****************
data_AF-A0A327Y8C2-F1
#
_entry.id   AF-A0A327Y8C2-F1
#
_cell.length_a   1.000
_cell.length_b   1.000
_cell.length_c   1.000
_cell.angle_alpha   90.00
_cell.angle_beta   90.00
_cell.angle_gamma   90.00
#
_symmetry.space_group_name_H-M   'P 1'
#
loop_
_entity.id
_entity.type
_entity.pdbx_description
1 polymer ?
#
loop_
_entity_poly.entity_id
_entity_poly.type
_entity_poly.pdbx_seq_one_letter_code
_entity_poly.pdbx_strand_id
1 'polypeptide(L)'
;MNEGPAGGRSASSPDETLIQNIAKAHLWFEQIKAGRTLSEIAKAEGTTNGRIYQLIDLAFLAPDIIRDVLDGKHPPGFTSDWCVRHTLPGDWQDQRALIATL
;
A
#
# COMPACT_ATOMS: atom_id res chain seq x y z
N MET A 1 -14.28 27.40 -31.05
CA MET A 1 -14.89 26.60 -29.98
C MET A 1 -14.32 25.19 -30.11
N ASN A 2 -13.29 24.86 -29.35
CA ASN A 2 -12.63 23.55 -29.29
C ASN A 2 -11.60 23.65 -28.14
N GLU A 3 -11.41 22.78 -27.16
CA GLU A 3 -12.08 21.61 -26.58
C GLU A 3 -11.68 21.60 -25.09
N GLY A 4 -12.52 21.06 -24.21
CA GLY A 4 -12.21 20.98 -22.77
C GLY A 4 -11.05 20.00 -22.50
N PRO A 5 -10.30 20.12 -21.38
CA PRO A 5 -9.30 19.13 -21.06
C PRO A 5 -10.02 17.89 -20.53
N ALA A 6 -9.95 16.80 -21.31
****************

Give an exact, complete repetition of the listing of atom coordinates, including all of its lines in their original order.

data_AF-A0A327Y8C2-F1
#
_entry.id   AF-A0A327Y8C2-F1
#
_cell.length_a   1.000
_cell.length_b   1.000
_cell.length_c   1.000
_cell.angle_alpha   90.00
_cell.angle_beta   90.00
_cell.angle_gamma   90.00
#
_symmetry.space_group_name_H-M   'P 1'
#
loop_
_entity.id
_entity.type
_entity.pdbx_description
1 polymer ?
#
loop_
_entity_poly.entity_id
_entity_poly.type
_entity_poly.pdbx_seq_one_letter_code
_entity_poly.pdbx_strand_id
1 'polypeptide(L)'
;MNEGPAGGRSASSPDETLIQNIAKAHLWFEQIKAGRTLSEIAKAEGTTNGRIYQLIDLAFLAPDIIRDVLDGKHPPGFTSDWCVRHTLPGDWQDQRALIATL
;
A
#
# COMPACT_ATOMS: atom_id res chain seq x y z
N MET A 1 -14.28 27.40 -31.05
CA MET A 1 -14.89 26.60 -29.98
C MET A 1 -14.32 25.19 -30.11
N ASN A 2 -13.29 24.86 -29.35
CA ASN A 2 -12.63 23.55 -29.29
C ASN A 2 -11.60 23.65 -28.14
N GLU A 3 -11.41 22.78 -27.16
CA GLU A 3 -12.08 21.61 -26.58
C GLU A 3 -11.68 21.60 -25.09
N GLY A 4 -12.52 21.06 -24.21
CA GLY A 4 -12.21 20.98 -22.77
C GLY A 4 -11.05 20.00 -22.50
N PRO A 5 -10.30 20.12 -21.38
CA PRO A 5 -9.30 19.13 -21.06
C PRO A 5 -10.02 17.89 -20.53
N ALA A 6 -9.95 16.80 -21.31